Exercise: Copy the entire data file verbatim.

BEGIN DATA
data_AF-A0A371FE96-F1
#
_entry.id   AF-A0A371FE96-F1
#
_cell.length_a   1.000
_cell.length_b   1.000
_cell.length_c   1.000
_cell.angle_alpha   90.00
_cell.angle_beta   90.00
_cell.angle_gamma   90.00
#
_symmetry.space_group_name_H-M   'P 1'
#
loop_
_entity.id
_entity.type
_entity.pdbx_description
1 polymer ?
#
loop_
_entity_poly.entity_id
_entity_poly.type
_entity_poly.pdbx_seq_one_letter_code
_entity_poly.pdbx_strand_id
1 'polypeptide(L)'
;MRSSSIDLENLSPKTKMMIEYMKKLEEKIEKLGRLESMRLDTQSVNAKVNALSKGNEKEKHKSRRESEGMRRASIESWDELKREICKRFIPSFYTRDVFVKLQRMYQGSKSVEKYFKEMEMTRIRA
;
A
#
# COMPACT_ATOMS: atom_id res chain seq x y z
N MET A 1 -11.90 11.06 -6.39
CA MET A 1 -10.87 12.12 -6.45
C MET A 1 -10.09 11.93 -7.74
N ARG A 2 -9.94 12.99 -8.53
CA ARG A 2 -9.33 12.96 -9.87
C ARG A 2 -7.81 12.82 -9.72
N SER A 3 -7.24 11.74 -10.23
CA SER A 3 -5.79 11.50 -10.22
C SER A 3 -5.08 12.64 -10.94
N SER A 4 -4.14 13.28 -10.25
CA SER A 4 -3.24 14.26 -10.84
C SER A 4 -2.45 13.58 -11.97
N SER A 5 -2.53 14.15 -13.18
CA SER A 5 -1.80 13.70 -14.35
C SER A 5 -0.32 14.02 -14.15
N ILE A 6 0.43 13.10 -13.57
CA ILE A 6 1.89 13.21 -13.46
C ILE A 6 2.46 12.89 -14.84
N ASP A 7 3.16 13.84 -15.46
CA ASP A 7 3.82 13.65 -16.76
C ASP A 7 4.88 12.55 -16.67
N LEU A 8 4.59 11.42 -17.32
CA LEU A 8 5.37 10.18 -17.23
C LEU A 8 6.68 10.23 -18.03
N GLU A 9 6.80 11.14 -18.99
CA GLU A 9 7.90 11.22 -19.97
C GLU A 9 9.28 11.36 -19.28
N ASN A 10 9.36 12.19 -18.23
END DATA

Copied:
data_AF-A0A371FE96-F1
#
_entry.id   AF-A0A371FE96-F1
#
_cell.length_a   1.000
_cell.length_b   1.000
_cell.length_c   1.000
_cell.angle_alpha   90.00
_cell.angle_beta   90.00
_cell.angle_gamma   90.00
#
_symmetry.space_group_name_H-M   'P 1'
#
loop_
_entity.id
_entity.type
_entity.pdbx_description
1 polymer ?
#
loop_
_entity_poly.entity_id
_entity_poly.type
_entity_poly.pdbx_seq_one_letter_code
_entity_poly.pdbx_strand_id
1 'polypeptide(L)'
;MRSSSIDLENLSPKTKMMIEYMKKLEEKIEKLGRLESMRLDTQSVNAKVNALSKGNEKEKHKSRRESEGMRRASIESWDELKREICKRFIPSFYTRDVFVKLQRMYQGSKSVEKYFKEMEMTRIRA
;
A
#
# COMPACT_ATOMS: atom_id res chain seq x y z
N MET A 1 -11.90 11.06 -6.39
CA MET A 1 -10.87 12.12 -6.45
C MET A 1 -10.09 11.93 -7.74
N ARG A 2 -9.94 12.99 -8.53
CA ARG A 2 -9.33 12.96 -9.87
C ARG A 2 -7.81 12.82 -9.72
N SER A 3 -7.24 11.74 -10.23
CA SER A 3 -5.79 11.50 -10.22
C SER A 3 -5.08 12.64 -10.94
N SER A 4 -4.14 13.28 -10.25
CA SER A 4 -3.24 14.26 -10.84
C SER A 4 -2.45 13.58 -11.97
N SER A 5 -2.53 14.15 -13.18
CA SER A 5 -1.80 13.70 -14.35
C SER A 5 -0.32 14.02 -14.15
N ILE A 6 0.43 13.10 -13.57
CA ILE A 6 1.89 13.21 -13.46
C ILE A 6 2.46 12.89 -14.84
N ASP A 7 3.16 13.84 -15.46
CA ASP A 7 3.82 13.65 -16.76
C ASP A 7 4.88 12.55 -16.67
N LEU A 8 4.59 11.42 -17.32
CA LEU A 8 5.37 10.18 -17.23
C LEU A 8 6.68 10.23 -18.03
N GLU A 9 6.80 11.14 -18.99
CA GLU A 9 7.90 11.22 -19.97
C GLU A 9 9.28 11.36 -19.28
N ASN A 10 9.36 12.19 -18.23